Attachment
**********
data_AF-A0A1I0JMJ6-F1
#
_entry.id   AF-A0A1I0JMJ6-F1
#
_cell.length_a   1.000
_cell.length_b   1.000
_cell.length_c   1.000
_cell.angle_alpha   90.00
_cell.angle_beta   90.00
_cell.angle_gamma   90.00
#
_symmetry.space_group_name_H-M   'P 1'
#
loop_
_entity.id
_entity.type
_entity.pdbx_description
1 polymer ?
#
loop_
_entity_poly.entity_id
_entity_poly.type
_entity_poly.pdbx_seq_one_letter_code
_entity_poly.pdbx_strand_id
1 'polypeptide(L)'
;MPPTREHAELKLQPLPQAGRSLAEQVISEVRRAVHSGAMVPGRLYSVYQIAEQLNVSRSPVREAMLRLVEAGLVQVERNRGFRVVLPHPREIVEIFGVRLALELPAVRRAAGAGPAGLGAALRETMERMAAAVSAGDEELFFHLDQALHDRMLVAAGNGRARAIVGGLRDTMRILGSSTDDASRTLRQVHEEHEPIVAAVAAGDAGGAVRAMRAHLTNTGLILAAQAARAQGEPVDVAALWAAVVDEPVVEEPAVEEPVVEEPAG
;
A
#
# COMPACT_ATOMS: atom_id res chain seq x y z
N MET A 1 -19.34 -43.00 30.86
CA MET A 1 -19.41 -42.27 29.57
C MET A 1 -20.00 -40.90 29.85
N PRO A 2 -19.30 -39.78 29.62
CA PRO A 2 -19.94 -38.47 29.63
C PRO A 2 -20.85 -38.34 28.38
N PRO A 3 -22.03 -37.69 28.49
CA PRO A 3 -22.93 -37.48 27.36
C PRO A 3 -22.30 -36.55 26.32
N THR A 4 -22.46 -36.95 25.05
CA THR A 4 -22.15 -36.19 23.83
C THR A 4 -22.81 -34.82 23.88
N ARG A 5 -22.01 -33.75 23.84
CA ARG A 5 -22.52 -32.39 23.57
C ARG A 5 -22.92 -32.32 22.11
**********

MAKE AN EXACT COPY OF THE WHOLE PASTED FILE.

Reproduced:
data_AF-A0A1I0JMJ6-F1
#
_entry.id   AF-A0A1I0JMJ6-F1
#
_cell.length_a   1.000
_cell.length_b   1.000
_cell.length_c   1.000
_cell.angle_alpha   90.00
_cell.angle_beta   90.00
_cell.angle_gamma   90.00
#
_symmetry.space_group_name_H-M   'P 1'
#
loop_
_entity.id
_entity.type
_entity.pdbx_description
1 polymer ?
#
loop_
_entity_poly.entity_id
_entity_poly.type
_entity_poly.pdbx_seq_one_letter_code
_entity_poly.pdbx_strand_id
1 'polypeptide(L)'
;MPPTREHAELKLQPLPQAGRSLAEQVISEVRRAVHSGAMVPGRLYSVYQIAEQLNVSRSPVREAMLRLVEAGLVQVERNRGFRVVLPHPREIVEIFGVRLALELPAVRRAAGAGPAGLGAALRETMERMAAAVSAGDEELFFHLDQALHDRMLVAAGNGRARAIVGGLRDTMRILGSSTDDASRTLRQVHEEHEPIVAAVAAGDAGGAVRAMRAHLTNTGLILAAQAARAQGEPVDVAALWAAVVDEPVVEEPAVEEPVVEEPAG
;
A
#
# COMPACT_ATOMS: atom_id res chain seq x y z
N MET A 1 -19.34 -43.00 30.86
CA MET A 1 -19.41 -42.27 29.57
C MET A 1 -20.00 -40.90 29.85
N PRO A 2 -19.30 -39.78 29.62
CA PRO A 2 -19.94 -38.47 29.63
C PRO A 2 -20.85 -38.34 28.38
N PRO A 3 -22.03 -37.69 28.49
CA PRO A 3 -22.93 -37.48 27.36
C PRO A 3 -22.30 -36.55 26.32
N THR A 4 -22.46 -36.95 25.05
CA THR A 4 -22.15 -36.19 23.83
C THR A 4 -22.81 -34.82 23.88
N ARG A 5 -22.01 -33.75 23.84
CA ARG A 5 -22.52 -32.39 23.57
C ARG A 5 -22.92 -32.32 22.11